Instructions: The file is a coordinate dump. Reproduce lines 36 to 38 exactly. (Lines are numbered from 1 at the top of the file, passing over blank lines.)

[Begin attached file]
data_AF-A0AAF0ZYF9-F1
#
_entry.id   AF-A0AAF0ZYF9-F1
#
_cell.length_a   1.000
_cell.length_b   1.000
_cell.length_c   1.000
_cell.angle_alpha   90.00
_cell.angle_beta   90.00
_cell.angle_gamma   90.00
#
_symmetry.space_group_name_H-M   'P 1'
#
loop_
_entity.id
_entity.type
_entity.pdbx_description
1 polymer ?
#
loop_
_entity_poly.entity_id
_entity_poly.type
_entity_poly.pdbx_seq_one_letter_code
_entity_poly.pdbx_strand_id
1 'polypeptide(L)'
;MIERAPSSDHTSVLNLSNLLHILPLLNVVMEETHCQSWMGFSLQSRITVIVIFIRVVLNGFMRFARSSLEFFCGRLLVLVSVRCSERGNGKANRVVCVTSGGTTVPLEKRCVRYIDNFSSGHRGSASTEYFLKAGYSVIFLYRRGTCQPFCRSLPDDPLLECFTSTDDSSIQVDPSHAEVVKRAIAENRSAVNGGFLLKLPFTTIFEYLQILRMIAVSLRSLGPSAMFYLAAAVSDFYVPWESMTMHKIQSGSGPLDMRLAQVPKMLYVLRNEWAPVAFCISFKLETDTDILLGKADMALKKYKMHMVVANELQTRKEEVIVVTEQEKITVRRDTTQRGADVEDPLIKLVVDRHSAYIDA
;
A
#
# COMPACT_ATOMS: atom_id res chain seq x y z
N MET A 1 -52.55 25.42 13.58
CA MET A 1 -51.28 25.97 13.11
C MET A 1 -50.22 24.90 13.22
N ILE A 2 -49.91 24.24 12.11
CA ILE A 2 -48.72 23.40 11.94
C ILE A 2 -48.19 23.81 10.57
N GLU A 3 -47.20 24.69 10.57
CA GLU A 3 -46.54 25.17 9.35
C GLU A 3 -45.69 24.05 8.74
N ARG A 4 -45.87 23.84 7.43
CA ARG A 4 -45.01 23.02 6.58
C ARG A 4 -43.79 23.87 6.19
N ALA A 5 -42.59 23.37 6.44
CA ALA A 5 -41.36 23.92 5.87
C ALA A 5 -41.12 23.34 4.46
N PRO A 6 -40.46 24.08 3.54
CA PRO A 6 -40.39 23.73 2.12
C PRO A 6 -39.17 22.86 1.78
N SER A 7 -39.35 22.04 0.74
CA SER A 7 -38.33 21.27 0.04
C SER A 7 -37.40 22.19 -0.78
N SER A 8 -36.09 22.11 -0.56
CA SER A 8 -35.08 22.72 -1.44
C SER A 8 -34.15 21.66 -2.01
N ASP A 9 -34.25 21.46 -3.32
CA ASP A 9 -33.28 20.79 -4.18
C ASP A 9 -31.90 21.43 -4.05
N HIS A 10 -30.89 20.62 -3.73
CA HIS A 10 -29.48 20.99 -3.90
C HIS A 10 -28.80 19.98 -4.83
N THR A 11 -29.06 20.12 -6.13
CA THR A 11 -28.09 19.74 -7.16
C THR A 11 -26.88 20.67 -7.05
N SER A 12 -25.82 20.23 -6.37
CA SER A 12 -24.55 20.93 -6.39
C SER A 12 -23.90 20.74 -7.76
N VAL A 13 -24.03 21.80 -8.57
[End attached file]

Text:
C ILE A 2 -48.19 23.81 10.57
N GLU A 3 -47.20 24.69 10.57
CA GLU A 3 -46.54 25.17 9.35